Back in the office freshly minted from a blissfully disconnected holiday weekend, I began musing on the dot429 topic for the new week. “Struggle” for most in the digital realm is finding that line between transparency and privacy. This is, of course, an entirely subjective exercise since the degree to which one person is comfortable sharing varies from that of another.
Most people will never expose deep, personal stories to a widespread audience on-line. I would like to posit, however, that if more people did – even if within relatively walled on-line gardens – the result will be powerful – and not just for the person sharing the story.
In 2008 I was working at a start-up company called Seesmic. At the time the company was building a technology enabling “threaded conversations” in video. If you don’t know what that means, imagine any chat or IM “conversation” except instead of text, you record a short video with your webcam, then someone watches your video and responds with their own.
It was on Seesmic where I met Craig Manganello – a 37-year-old musician suffering from chronic heart and lung problems. Due to his health, Craig spent a lot of time at home. He spent a lot of time in the hospital. Mostly he spent a lot of time in front of his computer. Through Seesmic he shared his experiences going to the doctor, going in for surgery, recovering and then back again.
Craig went back into the hospital – a trip chronicled in his usual way with a post from his hospital bed, complete with oxygen tubes & starchy sheets. Thre days later, I got an email from a friend of Craig’s. Craig had died complications from surgery. I never met Craig in person, but had just lost a friend. Moving quickly I recorded a video (which is embedded into this blog post), sharing the news and my grief with the community.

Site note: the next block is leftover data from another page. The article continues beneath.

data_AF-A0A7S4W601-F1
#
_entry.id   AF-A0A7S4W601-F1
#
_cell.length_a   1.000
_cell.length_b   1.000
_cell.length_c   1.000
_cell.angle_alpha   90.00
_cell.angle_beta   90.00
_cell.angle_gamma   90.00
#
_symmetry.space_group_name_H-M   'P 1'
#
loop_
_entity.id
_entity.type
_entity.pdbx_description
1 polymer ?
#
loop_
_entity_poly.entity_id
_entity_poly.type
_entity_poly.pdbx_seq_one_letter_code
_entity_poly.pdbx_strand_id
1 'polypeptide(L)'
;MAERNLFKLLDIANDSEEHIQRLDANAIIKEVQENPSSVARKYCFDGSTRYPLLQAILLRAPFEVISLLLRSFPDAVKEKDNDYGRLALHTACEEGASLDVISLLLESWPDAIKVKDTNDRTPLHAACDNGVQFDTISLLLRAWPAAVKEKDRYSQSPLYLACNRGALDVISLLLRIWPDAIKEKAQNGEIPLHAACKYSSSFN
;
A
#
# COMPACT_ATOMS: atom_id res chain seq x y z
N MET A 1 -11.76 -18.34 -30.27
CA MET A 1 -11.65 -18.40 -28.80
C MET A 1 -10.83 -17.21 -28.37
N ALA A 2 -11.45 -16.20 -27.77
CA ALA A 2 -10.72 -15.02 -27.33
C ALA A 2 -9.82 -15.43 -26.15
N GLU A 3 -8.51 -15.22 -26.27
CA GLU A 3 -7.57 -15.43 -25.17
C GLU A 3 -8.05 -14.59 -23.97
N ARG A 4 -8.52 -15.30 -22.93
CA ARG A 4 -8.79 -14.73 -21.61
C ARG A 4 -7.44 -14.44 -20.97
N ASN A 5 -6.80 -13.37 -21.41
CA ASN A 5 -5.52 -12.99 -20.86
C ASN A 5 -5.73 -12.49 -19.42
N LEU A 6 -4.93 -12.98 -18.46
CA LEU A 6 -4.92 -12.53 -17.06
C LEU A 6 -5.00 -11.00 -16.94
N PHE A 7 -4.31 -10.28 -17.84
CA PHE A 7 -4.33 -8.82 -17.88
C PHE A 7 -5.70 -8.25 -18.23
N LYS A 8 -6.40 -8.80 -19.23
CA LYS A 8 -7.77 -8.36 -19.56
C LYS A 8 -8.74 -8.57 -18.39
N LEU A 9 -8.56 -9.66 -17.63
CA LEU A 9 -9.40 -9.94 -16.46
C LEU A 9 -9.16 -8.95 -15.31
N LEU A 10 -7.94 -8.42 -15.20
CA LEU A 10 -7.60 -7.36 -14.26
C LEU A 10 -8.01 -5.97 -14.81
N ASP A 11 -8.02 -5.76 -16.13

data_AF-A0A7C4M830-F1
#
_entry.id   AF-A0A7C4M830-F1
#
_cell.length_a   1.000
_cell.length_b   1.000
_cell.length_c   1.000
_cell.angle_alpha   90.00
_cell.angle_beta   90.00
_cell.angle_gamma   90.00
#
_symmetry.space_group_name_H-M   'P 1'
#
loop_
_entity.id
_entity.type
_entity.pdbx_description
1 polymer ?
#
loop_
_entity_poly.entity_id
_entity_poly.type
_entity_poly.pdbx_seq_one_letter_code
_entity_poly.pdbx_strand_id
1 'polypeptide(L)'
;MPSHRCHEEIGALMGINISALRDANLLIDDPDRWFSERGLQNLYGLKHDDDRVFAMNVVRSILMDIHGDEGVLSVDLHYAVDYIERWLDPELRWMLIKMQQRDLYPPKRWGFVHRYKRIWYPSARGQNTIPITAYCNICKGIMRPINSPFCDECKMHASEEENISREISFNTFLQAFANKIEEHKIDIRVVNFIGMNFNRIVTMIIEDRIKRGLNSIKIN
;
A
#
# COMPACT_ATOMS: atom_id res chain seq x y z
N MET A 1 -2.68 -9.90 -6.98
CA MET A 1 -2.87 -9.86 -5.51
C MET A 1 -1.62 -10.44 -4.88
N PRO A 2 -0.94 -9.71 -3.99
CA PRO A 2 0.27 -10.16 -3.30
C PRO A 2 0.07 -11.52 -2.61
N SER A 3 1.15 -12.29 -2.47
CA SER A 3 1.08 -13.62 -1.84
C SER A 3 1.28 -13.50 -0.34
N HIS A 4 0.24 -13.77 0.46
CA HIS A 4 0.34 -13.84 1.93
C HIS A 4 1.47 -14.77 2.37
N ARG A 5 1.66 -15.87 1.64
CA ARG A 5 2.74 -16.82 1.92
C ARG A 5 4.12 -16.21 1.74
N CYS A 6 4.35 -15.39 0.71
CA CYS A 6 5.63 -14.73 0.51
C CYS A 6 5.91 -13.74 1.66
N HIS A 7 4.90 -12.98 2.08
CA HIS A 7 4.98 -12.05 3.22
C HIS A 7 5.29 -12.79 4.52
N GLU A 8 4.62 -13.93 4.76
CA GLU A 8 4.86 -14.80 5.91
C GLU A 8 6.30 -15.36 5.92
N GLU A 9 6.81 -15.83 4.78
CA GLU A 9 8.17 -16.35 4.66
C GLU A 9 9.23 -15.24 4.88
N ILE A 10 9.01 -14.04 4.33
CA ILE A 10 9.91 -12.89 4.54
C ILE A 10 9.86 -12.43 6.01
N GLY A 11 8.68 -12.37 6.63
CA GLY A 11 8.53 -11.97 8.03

By the next day the conversation had more than 100 videos – including a mash-up tribute created by a community member using Craig’s music and his Seesmic videos.
A few days later, I got another message. This one from Cammie Manganello – Craig’s sister-in-law. The family had been watching the entire conversation on Seesmic. Though still too upset to speak, she said the videos were healing. They thought Craig was living a closed off life, alone. They realized in seeing the outpouring not only was he not alone, but he had touched hundreds of people around the world.
I am not proposing everyone race immediately to their Facebook profile and splatter all deep, personal demons for public display. I do propose this: Let go just a little and share a bit more with those around you. Had Craig kept his struggle to himself, his death would have meant nothing to me; but he did and as a result not only did he and others gain more from his life, but his passing had greater meaning for more people.